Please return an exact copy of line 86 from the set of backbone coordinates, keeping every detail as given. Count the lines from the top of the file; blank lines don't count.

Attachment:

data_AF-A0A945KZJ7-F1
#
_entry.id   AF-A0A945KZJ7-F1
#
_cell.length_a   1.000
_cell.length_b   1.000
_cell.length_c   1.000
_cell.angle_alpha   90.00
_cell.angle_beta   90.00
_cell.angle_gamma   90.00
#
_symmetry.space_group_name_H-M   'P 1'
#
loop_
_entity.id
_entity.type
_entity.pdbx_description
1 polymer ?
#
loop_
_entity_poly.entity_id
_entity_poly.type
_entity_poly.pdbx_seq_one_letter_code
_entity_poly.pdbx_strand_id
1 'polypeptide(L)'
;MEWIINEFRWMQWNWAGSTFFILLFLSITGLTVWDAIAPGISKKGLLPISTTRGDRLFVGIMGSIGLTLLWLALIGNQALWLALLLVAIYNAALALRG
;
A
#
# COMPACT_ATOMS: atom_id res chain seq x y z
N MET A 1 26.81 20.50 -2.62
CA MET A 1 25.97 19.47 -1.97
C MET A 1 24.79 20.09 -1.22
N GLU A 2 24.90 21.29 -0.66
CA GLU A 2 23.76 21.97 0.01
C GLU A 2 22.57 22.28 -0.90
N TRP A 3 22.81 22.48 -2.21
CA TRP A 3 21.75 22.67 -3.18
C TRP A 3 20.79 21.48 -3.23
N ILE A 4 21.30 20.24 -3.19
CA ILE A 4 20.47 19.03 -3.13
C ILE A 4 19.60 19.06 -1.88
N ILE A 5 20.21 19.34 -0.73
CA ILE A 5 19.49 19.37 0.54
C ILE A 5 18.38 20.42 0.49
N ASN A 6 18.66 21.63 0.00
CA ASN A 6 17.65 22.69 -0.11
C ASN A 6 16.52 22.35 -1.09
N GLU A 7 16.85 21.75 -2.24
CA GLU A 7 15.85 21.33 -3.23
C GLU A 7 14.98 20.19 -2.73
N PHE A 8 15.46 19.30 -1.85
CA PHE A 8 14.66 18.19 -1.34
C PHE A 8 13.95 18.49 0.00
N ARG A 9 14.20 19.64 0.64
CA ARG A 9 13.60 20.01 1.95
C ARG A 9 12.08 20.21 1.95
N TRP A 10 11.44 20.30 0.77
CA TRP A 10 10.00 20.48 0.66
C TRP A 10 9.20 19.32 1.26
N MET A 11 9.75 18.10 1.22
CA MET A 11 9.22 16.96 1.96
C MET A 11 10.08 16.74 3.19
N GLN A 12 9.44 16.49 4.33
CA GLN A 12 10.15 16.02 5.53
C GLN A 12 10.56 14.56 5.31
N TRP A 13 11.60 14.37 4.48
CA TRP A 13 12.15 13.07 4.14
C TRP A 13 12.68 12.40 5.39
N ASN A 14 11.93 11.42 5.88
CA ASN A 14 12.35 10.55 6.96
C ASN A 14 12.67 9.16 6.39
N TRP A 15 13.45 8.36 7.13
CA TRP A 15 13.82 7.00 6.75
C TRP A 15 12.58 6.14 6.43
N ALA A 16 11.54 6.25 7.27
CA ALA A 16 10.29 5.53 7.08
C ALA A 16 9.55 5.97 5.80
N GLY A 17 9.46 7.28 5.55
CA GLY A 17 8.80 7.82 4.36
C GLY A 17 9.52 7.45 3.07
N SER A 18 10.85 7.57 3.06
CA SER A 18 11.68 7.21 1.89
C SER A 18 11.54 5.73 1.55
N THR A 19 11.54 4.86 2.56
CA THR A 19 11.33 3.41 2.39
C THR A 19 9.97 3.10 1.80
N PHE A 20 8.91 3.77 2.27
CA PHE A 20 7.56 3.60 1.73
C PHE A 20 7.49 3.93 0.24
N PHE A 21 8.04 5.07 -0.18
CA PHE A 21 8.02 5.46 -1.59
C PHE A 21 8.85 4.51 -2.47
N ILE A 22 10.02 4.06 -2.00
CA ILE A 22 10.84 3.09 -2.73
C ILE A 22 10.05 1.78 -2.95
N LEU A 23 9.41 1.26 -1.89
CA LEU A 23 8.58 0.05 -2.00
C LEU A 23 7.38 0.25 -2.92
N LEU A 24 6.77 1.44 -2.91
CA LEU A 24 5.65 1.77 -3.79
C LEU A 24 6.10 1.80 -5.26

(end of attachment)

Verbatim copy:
CA THR A 19 11.33 3.41 2.39